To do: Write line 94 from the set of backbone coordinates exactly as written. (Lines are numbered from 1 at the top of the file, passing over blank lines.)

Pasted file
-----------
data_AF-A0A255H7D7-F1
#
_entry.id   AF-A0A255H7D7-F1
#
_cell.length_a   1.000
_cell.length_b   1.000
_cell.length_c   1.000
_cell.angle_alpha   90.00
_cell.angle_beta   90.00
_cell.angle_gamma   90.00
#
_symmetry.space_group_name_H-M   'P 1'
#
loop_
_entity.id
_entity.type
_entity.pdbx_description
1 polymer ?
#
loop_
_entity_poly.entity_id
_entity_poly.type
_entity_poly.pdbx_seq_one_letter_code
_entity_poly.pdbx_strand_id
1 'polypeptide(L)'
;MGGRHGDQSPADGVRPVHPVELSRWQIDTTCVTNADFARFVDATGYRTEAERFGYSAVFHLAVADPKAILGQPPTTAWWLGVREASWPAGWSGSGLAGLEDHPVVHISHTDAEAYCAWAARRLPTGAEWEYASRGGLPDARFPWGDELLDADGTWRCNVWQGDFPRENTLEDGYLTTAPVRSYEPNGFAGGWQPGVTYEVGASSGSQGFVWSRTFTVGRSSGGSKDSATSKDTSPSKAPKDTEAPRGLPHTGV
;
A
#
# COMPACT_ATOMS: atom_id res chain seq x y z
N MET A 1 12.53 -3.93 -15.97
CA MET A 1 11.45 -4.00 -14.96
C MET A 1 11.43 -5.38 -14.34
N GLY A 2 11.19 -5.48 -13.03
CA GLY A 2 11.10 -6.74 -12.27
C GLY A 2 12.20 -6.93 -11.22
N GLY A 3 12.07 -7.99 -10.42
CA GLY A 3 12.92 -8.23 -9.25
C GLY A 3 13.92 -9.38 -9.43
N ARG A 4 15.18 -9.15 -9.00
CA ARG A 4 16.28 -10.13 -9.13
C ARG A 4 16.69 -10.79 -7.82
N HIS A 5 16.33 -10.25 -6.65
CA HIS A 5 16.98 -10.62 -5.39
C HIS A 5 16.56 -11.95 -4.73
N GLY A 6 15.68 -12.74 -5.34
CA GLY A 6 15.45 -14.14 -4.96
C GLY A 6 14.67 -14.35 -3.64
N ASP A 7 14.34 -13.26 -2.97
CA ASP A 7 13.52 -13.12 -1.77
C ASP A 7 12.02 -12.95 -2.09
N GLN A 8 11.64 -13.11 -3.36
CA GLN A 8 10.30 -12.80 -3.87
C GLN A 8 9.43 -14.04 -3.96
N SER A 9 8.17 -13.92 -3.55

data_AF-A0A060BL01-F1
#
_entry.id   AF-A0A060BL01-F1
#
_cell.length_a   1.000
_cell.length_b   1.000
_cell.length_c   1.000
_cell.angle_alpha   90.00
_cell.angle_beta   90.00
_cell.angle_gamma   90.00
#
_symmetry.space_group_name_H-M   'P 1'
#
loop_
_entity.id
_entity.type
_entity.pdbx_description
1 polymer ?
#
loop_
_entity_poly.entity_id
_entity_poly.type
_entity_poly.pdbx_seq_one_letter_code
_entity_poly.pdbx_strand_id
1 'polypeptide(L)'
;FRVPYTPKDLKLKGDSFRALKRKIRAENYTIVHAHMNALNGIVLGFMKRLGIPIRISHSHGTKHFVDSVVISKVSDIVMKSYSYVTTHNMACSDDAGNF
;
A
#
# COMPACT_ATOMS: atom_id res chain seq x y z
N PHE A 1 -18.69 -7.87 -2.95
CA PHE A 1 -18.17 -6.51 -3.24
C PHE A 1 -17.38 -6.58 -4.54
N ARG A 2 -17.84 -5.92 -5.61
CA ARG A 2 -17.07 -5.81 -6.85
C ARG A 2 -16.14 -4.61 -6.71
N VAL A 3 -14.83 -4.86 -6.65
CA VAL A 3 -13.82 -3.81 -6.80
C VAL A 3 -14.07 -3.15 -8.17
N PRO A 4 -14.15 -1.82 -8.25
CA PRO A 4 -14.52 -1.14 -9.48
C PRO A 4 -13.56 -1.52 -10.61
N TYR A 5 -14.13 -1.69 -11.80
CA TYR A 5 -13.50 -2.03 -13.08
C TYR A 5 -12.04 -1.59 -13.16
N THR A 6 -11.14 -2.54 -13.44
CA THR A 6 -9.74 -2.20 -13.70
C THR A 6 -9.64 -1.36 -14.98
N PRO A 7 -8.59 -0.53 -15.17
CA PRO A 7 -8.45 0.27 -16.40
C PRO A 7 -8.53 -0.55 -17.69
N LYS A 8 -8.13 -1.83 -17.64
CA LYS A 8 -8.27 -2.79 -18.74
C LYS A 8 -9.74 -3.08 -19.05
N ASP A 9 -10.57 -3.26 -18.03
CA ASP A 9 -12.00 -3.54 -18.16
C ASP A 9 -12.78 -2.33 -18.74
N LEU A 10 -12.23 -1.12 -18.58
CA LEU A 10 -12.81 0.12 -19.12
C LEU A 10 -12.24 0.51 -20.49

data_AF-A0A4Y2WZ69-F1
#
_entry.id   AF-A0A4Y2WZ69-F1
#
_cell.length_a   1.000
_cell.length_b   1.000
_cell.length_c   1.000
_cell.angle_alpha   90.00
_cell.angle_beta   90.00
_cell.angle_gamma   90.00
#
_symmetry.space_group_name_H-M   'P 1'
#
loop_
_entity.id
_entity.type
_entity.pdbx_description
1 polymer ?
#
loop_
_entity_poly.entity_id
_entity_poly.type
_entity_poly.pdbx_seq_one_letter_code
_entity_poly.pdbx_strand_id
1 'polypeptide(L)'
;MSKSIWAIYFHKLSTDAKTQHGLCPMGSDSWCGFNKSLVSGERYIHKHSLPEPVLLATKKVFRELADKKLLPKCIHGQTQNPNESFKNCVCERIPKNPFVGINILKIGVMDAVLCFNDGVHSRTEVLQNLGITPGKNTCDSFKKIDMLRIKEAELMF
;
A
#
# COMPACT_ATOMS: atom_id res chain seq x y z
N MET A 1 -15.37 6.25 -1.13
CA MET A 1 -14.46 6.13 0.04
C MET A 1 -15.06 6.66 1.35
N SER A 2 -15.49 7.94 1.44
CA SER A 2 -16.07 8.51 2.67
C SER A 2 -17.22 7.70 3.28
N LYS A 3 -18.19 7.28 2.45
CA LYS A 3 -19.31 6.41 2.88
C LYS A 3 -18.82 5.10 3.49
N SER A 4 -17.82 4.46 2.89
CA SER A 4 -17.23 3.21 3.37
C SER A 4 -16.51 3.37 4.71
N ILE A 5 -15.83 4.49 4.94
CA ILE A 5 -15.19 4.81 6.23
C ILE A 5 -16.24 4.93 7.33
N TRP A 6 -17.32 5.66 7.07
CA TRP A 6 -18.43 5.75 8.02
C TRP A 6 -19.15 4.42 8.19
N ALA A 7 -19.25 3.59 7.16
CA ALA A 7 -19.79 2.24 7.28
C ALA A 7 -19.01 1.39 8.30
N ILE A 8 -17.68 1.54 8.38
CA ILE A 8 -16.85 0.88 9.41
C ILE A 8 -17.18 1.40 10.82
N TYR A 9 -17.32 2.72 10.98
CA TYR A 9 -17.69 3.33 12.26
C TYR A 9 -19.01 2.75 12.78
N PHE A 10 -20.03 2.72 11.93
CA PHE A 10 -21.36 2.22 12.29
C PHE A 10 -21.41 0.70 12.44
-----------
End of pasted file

C VAL A 3 -14.07 -3.15 -8.17